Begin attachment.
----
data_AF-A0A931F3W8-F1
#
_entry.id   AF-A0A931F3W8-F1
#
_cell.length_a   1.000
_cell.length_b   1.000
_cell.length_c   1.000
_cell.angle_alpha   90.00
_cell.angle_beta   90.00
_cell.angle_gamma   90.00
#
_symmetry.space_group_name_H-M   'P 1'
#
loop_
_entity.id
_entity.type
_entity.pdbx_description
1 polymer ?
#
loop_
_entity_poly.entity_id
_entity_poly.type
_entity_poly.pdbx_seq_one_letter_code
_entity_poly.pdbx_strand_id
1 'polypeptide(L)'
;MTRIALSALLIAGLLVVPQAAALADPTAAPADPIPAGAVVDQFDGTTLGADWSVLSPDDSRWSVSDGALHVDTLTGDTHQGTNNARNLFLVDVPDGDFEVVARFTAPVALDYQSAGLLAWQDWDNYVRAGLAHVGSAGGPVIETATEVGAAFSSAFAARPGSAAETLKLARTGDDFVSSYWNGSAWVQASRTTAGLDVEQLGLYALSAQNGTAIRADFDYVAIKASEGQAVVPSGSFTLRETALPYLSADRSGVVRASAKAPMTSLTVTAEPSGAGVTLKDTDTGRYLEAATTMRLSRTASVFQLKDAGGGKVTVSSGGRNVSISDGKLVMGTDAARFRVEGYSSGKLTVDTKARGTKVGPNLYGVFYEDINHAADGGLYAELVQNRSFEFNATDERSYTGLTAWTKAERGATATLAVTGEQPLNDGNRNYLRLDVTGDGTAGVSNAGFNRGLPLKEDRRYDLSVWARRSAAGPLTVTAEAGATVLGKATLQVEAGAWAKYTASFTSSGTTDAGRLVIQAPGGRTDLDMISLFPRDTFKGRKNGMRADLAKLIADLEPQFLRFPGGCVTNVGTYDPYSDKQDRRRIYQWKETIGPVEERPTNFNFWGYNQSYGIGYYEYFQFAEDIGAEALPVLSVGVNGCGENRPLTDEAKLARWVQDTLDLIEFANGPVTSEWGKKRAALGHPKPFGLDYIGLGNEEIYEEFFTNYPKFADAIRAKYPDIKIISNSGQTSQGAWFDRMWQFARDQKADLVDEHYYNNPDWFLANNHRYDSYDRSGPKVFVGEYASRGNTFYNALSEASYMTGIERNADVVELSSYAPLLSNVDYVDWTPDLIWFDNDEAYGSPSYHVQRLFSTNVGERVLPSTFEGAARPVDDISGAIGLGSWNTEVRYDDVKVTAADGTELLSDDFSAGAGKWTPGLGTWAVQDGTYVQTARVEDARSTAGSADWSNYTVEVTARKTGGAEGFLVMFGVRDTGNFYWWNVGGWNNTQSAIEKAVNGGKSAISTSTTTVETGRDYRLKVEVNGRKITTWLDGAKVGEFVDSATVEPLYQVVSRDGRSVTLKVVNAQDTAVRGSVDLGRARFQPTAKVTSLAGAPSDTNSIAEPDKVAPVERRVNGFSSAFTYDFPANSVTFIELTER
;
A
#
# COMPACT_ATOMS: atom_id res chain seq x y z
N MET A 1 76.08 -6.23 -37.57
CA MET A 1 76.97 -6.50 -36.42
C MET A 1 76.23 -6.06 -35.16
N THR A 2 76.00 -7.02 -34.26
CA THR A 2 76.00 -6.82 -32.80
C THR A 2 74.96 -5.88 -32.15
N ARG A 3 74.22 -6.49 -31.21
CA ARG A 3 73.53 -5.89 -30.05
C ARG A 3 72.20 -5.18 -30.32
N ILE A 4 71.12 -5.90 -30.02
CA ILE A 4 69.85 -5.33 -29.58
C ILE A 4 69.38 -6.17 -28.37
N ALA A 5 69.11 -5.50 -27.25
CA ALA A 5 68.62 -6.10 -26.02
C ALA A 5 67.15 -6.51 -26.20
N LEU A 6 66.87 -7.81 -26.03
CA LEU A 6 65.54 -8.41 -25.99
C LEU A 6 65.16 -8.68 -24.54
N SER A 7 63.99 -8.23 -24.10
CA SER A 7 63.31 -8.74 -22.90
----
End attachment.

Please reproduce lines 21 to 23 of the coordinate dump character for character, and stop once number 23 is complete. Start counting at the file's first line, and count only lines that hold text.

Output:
_entity_poly.entity_id
_entity_poly.type
_entity_poly.pdbx_seq_one_letter_code